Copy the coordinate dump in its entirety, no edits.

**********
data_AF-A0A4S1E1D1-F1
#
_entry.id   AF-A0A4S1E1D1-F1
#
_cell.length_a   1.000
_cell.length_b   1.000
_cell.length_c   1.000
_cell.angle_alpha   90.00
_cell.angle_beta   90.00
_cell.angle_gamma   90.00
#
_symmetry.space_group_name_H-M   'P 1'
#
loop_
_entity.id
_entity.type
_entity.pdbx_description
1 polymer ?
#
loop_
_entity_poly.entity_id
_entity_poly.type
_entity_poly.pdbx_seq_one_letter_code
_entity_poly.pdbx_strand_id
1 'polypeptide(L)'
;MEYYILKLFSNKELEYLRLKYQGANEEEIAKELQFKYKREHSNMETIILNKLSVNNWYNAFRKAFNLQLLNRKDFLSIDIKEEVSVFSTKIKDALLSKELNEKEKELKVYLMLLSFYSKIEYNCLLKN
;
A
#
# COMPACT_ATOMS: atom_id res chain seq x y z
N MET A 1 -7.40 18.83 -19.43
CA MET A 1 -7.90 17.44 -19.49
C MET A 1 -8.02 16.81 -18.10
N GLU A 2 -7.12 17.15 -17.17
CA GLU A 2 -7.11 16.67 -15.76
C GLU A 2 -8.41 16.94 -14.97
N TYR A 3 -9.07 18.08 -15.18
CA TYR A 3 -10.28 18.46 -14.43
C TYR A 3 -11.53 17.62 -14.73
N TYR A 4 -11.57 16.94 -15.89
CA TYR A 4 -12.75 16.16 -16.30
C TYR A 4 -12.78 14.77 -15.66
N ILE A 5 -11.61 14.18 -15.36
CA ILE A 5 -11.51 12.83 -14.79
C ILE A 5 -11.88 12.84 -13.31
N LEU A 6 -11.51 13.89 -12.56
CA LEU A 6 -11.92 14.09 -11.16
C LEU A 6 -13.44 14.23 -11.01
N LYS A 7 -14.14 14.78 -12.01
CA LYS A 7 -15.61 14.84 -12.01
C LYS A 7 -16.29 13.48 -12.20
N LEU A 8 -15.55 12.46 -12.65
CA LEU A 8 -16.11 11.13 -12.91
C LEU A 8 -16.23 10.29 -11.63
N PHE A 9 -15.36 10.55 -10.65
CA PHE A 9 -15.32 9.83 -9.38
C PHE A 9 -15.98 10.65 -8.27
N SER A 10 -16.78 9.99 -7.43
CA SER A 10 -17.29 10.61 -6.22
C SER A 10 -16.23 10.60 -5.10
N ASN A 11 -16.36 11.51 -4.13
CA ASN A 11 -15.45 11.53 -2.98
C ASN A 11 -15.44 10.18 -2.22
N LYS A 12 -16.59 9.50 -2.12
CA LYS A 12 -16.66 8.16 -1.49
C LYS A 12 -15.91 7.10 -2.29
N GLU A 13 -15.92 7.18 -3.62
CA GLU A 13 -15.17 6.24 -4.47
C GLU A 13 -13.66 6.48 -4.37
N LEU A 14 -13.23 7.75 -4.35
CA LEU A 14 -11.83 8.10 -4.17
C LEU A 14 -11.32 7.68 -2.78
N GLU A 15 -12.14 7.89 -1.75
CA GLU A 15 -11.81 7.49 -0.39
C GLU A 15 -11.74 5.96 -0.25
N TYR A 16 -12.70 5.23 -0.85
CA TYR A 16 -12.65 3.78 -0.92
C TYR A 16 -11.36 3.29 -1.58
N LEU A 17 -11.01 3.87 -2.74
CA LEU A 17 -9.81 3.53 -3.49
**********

data_AF-A0A4S1E1D1-F1
#
_entry.id   AF-A0A4S1E1D1-F1
#
_cell.length_a   1.000
_cell.length_b   1.000
_cell.length_c   1.000
_cell.angle_alpha   90.00
_cell.angle_beta   90.00
_cell.angle_gamma   90.00
#
_symmetry.space_group_name_H-M   'P 1'
#
loop_
_entity.id
_entity.type
_entity.pdbx_description
1 polymer ?
#
loop_
_entity_poly.entity_id
_entity_poly.type
_entity_poly.pdbx_seq_one_letter_code
_entity_poly.pdbx_strand_id
1 'polypeptide(L)'
;MEYYILKLFSNKELEYLRLKYQGANEEEIAKELQFKYKREHSNMETIILNKLSVNNWYNAFRKAFNLQLLNRKDFLSIDIKEEVSVFSTKIKDALLSKELNEKEKELKVYLMLLSFYSKIEYNCLLKN
;
A
#
# COMPACT_ATOMS: atom_id res chain seq x y z
N MET A 1 -7.40 18.83 -19.43
CA MET A 1 -7.90 17.44 -19.49
C MET A 1 -8.02 16.81 -18.10
N GLU A 2 -7.12 17.15 -17.17
CA GLU A 2 -7.11 16.67 -15.76
C GLU A 2 -8.41 16.94 -14.97
N TYR A 3 -9.07 18.08 -15.18
CA TYR A 3 -10.28 18.46 -14.43
C TYR A 3 -11.53 17.62 -14.73
N TYR A 4 -11.57 16.94 -15.89
CA TYR A 4 -12.75 16.16 -16.30
C TYR A 4 -12.78 14.77 -15.66
N ILE A 5 -11.61 14.18 -15.36
CA ILE A 5 -11.51 12.83 -14.79
C ILE A 5 -11.88 12.84 -13.31
N LEU A 6 -11.51 13.89 -12.56
CA LEU A 6 -11.92 14.09 -11.16
C LEU A 6 -13.44 14.23 -11.01
N LYS A 7 -14.14 14.78 -12.01
CA LYS A 7 -15.61 14.84 -12.01
C LYS A 7 -16.29 13.48 -12.20
N LEU A 8 -15.55 12.46 -12.65
CA LEU A 8 -16.11 11.13 -12.91
C LEU A 8 -16.23 10.29 -11.63
N PHE A 9 -15.36 10.55 -10.65
CA PHE A 9 -15.32 9.83 -9.38
C PHE A 9 -15.98 10.65 -8.27
N SER A 10 -16.78 9.99 -7.43
CA SER A 10 -17.29 10.61 -6.22
C SER A 10 -16.23 10.60 -5.10
N ASN A 11 -16.36 11.51 -4.13
CA ASN A 11 -15.45 11.53 -2.98
C ASN A 11 -15.44 10.18 -2.22
N LYS A 12 -16.59 9.50 -2.12
CA LYS A 12 -16.66 8.16 -1.49
C LYS A 12 -15.91 7.10 -2.29
N GLU A 13 -15.92 7.18 -3.62
CA GLU A 13 -15.17 6.24 -4.47
C GLU A 13 -13.66 6.48 -4.37
N LEU A 14 -13.23 7.75 -4.35
CA LEU A 14 -11.83 8.10 -4.17
C LEU A 14 -11.32 7.68 -2.78
N GLU A 15 -12.14 7.89 -1.75
CA GLU A 15 -11.81 7.49 -0.39
C GLU A 15 -11.74 5.96 -0.25
N TYR A 16 -12.70 5.23 -0.85
CA TYR A 16 -12.65 3.78 -0.92
C TYR A 16 -11.36 3.29 -1.58
N LEU A 17 -11.01 3.87 -2.74
CA LEU A 17 -9.81 3.53 -3.49